Agency Affected: Department of Health and Human Services: Centers for Medicare and Medicaid Services

  5. Status: Closed - Implemented

    Comments: To ensure that health care facilities participating in the Medicare and Medicaid programs provide high-quality care in a safe environment, the Centers for Medicare & Medicaid Services (CMS) contracts with state survey agencies to conduct periodic inspections known as surveys, among other activities. In general, survey activities are funded through a combination of Medicare, Medicaid, and non-Medicaid state funds. Typically, almost 60 percent of federal spending on survey activities comes from the Medicare Trust Funds, with the remaining 40 percent funded by the federal Medicaid share. Prior to each federal fiscal year, CMS notifies states of their projected Medicare budget allocations and later notifies states of any changes in their Medicare allocations. At the end of the federal fiscal year, CMS may provide supplemental funds to states that spent more than their initial Medicare allocations by redistributing funds from states that spent less than their allocations. In 2009, we reported that CMS had developed a new budget analysis tool in 2005, recognizing that its previous method for allocating Medicare funds for state survey activities resulted in over- and underfunding relative to state survey requirements. However, the tool has had a limited impact. First, CMS officials chose not to use the tool to recalculate states' baseline allocations to avoid shifts that could result in layoffs of trained staff. Second, the amount of funding to be redistributed to states at the end of the fiscal year has shrunk in recent years. We recommended that the CMS Administrator use available tools to adjust the annual baseline Medicare allocations provided to each state to help address state survey funding inequities. In response to our recommendation, CMS told us that it continues to provide proportionately more resources each year to those states that are less well funded given their workload. In addition, in fiscal year 2010, CMS instituted a policy of reducing a state's allocation if it underspends its allocation by 3 percent or $500,000 for two or more consecutive years; to date, CMS has reduced one state's allocation as a result of this policy and reallocated the funds to two other states that have consistently spent more than their allocations. CMS's recent policy and actions have resulted in more equitable funding for states relative to their survey workload.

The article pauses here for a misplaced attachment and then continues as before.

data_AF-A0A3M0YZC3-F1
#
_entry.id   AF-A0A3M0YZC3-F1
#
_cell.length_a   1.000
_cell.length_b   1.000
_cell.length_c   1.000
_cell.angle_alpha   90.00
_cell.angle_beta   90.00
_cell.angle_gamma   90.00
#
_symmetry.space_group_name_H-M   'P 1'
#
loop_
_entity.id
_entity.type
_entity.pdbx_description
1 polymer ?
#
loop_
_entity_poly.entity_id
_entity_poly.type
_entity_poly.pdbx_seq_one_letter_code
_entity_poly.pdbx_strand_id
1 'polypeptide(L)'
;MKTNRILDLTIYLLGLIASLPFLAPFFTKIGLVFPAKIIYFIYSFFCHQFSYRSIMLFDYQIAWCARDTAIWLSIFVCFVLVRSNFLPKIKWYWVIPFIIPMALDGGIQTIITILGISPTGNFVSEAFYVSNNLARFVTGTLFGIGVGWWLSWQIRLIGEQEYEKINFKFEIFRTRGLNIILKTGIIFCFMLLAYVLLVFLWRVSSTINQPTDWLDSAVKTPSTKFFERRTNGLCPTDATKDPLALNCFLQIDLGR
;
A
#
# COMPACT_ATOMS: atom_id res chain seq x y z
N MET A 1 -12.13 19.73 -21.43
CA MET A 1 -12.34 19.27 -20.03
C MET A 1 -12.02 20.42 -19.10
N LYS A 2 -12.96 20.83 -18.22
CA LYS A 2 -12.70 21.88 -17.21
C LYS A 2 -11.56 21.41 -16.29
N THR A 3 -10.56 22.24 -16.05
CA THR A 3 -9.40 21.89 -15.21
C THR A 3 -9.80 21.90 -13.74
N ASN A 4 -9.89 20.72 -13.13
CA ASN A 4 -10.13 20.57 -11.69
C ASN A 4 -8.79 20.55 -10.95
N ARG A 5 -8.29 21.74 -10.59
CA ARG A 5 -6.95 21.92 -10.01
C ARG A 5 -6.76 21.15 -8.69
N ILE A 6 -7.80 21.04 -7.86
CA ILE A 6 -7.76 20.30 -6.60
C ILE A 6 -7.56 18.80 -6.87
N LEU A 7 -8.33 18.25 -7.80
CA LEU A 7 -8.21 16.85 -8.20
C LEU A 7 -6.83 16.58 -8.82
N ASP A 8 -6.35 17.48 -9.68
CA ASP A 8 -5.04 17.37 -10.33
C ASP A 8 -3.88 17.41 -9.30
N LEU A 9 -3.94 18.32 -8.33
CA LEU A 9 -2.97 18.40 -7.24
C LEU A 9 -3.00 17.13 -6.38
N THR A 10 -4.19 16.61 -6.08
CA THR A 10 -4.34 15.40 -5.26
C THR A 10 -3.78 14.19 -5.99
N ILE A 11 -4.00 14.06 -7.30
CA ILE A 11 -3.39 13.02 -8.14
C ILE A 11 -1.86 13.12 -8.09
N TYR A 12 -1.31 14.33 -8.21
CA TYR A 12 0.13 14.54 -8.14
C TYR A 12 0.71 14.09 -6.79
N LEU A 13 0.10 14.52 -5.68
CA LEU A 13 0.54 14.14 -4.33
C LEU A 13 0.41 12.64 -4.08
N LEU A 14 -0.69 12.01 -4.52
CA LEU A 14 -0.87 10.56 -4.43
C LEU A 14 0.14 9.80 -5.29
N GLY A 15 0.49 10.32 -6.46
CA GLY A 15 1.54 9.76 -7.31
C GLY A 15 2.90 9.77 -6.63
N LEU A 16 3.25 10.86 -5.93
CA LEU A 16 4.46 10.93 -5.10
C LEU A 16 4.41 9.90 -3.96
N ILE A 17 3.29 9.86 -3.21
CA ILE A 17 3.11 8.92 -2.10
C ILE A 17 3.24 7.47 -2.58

Recommendation: To address significant shortcomings in the current system for financing and conducting surveys of Medicare and Medicaid facilities, and to help address state survey funding inequities, the CMS Administrator should use available tools to adjust the annual baseline Medicare allocations provided to each state.

    Agency Affected: Department of Health and Human Services: Centers for Medicare and Medicaid Services

  6. Status: Closed - Implemented

    Comments: CMS officials told us that in FY 2012 they have undertaken a national Quality Assurance Efficiency and Effectiveness initiative. As part of this initiative, CMS modified the survey process for end-stage renal disease facilities to incorporate a risk-based approach. Specifically, the intensity of each survey would vary based on an initial onsite risk assessment of the facility. In July through September 2012, CMS pilot tested the new process in 11 states. Based on positive results of the pilot test, CMS began rolling out the new process nationwide in November 2012. These actions should help to ensure the efficiency and effectiveness, and thereby increase the overall quality, of state survey activities.

    Recommendation: To address significant shortcomings in the current system for financing and conducting surveys of Medicare and Medicaid facilities, and to improve CMS's ability to differentiate between funding and management issues and help ensure the quality of surveys, the CMS Administrator should identify appropriate methodologies to help evaluate the efficiency and effectiveness of state survey activities. One such methodology may be the new Quality Indicator Survey, developed to help ensure the consistency, efficiency, and effectiveness of state nursing home surveys. Explore the feasibility of using a similar methodology to survey other Medicare and Medicaid facilities.

    Agency Affected: Department of Health and Human Services: Centers for Medicare and Medicaid Services

  7. Status: Closed - Not Implemented

    Comments: In 2012, CMS officials told us that they have suspended further expansion of the Quality Indicator Survey (QIS), due to lower than expected funding for FY 2012 and variation in states' performance using QIS. Specifically, while the pilot states did not experience an increase in survey hours using QIS, the expansion states did. CMS is re-examining the QIS algorithms to determine if the survey hours can be brought back in line with the average hours for the traditional survey. The team will follow up next year. In June 2013, CMS officials told us they have suspended further expansion of the QIS to additional States until they are able to change the algorithms to reduce costs consistent with the exigencies of sequestration. They told us that given the challenges involved with QIS, together with an unstable federal financing environment, they are not undertaking plans to expand the QIS to additional States at the present time.